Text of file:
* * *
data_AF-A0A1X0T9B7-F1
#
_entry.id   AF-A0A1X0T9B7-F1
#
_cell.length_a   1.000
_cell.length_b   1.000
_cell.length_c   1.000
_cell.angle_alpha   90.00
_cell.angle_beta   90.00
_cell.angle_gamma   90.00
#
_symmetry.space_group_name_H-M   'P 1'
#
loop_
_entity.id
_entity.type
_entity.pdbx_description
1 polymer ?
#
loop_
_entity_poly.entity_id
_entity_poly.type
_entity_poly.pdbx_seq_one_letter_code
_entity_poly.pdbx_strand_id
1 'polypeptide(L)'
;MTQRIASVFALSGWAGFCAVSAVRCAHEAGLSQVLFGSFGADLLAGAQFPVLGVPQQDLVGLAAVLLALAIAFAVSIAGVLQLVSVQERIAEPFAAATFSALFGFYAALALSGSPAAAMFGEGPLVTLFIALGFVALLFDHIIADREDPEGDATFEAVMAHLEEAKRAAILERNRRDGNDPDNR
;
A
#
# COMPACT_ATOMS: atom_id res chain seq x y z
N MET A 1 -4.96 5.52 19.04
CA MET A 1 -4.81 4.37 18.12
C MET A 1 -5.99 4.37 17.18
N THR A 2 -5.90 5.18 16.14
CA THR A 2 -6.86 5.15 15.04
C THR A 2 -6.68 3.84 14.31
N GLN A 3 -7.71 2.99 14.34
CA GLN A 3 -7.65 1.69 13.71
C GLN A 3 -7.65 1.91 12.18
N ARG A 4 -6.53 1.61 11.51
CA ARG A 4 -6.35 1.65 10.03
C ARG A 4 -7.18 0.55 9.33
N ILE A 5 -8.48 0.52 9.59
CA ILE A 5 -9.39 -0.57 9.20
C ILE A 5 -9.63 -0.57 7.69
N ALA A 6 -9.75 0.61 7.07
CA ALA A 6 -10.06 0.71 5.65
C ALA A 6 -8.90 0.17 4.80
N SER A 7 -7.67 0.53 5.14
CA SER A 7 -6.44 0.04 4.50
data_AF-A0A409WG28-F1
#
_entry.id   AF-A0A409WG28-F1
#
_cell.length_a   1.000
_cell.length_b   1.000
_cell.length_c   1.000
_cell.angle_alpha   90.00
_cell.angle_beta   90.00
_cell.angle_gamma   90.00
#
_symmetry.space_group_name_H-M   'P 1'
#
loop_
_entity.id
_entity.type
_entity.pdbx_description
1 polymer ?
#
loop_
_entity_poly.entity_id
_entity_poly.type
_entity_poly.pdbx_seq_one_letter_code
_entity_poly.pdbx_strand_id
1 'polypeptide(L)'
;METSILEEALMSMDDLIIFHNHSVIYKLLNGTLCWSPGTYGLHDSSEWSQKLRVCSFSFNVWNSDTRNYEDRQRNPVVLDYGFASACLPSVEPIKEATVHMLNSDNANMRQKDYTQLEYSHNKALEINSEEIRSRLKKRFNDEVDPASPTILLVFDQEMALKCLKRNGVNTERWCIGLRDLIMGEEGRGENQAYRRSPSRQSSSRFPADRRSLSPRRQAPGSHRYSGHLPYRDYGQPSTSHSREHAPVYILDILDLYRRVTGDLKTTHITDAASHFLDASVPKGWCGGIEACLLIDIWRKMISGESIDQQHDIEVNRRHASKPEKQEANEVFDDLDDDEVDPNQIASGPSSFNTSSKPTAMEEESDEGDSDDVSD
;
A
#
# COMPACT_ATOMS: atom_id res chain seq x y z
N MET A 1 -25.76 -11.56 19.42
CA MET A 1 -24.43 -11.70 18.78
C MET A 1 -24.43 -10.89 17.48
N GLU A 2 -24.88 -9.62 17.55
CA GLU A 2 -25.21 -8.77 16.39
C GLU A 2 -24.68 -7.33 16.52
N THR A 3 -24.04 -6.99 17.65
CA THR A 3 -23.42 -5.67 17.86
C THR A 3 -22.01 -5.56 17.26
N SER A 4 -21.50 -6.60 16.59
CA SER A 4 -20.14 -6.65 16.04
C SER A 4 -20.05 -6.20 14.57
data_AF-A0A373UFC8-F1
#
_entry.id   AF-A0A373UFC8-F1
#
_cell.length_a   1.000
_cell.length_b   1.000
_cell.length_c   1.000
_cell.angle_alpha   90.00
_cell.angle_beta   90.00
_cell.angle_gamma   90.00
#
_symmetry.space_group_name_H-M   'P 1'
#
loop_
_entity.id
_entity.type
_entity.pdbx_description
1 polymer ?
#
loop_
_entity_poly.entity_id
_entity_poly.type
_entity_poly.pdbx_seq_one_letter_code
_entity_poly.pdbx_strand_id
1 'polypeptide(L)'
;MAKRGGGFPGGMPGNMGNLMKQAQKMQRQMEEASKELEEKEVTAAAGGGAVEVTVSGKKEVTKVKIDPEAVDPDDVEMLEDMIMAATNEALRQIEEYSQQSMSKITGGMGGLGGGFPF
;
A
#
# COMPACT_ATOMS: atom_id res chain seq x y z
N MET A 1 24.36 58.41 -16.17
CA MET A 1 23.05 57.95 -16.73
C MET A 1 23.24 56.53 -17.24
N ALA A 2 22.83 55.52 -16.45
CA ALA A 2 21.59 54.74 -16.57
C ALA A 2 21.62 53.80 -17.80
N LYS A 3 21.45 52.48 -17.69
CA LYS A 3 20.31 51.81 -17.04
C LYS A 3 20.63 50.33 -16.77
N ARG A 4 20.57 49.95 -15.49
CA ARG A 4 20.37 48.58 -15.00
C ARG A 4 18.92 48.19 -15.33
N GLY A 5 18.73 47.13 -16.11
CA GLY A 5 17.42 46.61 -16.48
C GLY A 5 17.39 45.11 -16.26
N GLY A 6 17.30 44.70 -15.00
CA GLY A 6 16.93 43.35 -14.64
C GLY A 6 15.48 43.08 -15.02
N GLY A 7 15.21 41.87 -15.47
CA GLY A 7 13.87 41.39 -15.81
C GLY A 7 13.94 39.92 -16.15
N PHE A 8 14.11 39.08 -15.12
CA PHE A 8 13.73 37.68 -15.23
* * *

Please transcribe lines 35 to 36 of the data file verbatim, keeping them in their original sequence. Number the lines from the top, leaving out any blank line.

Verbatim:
CA THR A 2 -6.86 5.15 15.04
C THR A 2 -6.68 3.84 14.31